It was Solomon who built up a professional army, for through taxation and trading he was able to accumulate sufficient wealth to pay for it (1 Kings 10:25-27). In times of national emergency the regular army was supplemented by conscripts. Recruiting officers went through the tribes on such occasions and were still in use at a much later date (2 Kings 25:18; 2 Chronicles 11:1).
Solomon also built up the fortified cities to protect the major highways into and through his kingdom and provided chariot units to defend the cities (2 Chronicles 1:14). Several rules for conscription were set out in Deuteronomy 20:5-9. People who had built a house but had not yet undertaken the religious ceremony of dedication; people who had not yet had the first crop from a newly planted vineyard; people who were betrothed but were not yet married; and people who had lost their enthusiasm for war (the elderly?) were exempted. This was not simply human treatment, but followed a religious conviction at the time which held that all undertakings had to be completed.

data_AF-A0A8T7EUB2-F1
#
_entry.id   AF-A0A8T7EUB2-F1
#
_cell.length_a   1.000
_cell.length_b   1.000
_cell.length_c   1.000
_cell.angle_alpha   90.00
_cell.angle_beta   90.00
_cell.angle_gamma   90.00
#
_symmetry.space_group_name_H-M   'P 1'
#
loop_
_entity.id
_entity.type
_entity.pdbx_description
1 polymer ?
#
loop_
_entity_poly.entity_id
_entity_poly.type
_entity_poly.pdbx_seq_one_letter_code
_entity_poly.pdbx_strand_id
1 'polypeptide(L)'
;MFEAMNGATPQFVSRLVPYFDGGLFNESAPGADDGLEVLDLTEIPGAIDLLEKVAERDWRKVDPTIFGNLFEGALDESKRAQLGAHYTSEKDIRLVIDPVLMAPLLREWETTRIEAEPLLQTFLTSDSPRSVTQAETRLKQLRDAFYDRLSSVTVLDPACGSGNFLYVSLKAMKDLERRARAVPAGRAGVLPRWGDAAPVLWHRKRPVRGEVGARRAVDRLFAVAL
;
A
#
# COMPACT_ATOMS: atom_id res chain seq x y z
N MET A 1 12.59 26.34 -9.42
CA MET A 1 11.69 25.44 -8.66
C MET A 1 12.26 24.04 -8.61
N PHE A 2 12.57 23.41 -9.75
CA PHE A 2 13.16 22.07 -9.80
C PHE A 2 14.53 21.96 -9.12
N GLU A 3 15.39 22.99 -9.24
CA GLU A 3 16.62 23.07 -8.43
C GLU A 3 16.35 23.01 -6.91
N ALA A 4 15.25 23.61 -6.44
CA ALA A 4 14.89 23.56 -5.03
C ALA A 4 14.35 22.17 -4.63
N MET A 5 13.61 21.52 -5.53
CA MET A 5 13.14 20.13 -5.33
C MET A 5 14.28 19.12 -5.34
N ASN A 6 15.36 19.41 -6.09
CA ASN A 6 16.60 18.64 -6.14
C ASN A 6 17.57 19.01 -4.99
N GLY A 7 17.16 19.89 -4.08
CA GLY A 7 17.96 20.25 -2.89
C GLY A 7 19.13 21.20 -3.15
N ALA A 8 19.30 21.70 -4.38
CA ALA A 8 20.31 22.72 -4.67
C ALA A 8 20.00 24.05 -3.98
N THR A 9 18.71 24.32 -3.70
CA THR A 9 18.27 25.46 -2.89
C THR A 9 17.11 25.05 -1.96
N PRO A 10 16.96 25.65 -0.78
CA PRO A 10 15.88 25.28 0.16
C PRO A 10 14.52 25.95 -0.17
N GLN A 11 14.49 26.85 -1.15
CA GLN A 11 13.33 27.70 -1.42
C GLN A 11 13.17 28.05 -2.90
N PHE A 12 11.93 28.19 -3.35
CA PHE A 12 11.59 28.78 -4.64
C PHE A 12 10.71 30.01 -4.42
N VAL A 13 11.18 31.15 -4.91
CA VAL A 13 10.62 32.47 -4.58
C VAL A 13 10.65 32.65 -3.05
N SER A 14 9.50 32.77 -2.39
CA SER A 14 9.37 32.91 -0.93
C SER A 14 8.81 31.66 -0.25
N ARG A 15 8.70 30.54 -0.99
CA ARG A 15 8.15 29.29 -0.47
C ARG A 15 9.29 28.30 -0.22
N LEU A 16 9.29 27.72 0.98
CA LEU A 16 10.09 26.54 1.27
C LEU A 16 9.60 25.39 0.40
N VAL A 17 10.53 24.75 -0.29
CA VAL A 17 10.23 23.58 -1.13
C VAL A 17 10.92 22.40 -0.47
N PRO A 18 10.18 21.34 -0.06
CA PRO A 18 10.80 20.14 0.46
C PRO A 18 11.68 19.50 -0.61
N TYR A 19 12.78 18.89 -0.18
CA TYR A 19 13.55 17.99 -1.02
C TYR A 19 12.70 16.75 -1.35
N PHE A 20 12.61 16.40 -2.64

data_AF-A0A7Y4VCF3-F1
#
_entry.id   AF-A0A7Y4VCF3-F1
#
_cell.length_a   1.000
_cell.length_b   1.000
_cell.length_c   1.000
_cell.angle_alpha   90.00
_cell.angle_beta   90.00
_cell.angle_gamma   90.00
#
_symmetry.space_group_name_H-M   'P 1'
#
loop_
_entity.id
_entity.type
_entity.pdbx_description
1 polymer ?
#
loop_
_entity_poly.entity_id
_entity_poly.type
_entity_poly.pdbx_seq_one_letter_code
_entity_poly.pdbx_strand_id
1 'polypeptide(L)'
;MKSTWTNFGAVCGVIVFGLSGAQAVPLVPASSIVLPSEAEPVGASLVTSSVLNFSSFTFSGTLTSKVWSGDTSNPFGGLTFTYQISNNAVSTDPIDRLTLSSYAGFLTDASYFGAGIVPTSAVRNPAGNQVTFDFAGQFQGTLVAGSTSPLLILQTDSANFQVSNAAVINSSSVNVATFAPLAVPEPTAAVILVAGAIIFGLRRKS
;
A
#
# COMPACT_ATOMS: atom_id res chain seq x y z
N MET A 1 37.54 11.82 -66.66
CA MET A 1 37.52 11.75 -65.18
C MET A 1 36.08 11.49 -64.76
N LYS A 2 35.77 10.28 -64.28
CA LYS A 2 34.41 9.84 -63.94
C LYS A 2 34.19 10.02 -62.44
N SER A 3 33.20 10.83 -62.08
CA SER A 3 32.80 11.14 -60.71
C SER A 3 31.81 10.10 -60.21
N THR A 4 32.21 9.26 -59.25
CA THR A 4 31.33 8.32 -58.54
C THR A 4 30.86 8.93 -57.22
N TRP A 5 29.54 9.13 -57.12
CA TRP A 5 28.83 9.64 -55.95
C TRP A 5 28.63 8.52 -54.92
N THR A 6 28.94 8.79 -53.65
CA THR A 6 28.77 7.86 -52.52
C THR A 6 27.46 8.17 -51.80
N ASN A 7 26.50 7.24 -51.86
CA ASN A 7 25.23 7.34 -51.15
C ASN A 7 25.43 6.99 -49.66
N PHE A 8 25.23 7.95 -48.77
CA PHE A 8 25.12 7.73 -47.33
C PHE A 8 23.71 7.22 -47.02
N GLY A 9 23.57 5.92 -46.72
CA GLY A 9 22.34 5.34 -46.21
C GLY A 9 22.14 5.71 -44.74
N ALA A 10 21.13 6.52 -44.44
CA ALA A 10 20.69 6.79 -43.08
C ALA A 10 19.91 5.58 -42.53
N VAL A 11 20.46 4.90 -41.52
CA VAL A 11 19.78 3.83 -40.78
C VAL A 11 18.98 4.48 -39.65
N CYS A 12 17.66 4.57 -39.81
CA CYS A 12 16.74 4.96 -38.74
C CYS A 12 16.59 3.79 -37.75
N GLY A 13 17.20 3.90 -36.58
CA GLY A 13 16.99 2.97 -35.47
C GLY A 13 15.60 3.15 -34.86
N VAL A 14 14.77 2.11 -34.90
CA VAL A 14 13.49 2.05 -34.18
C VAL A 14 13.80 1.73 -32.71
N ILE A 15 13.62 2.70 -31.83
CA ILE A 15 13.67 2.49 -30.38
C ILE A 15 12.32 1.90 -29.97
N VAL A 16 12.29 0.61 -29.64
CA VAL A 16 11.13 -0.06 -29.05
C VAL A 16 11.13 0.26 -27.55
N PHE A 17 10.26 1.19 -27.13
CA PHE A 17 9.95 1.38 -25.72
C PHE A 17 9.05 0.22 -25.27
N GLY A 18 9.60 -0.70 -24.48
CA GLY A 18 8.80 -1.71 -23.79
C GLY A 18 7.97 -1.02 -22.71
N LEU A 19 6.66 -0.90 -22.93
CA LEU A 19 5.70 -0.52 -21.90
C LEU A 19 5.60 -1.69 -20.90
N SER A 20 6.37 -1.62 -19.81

As the wealth of the kingdom declined after Solomon, it became increasingly difficult to put a professional army into the field. Towards the end of the monarchy and during the times of the Maccabees, the Jewish army reverted to a militia, and in New Testament times there was no army at all. The Jews were successful in the hill where surprise tactics and hand-to-hand fighting were in order, but they were much weaker on the plains where their enemies could muster chariot units. The God of Israel was therefore (incorrectly) reckoned to be a God of the hills rather than a God of the plains (1 Kings 20:23).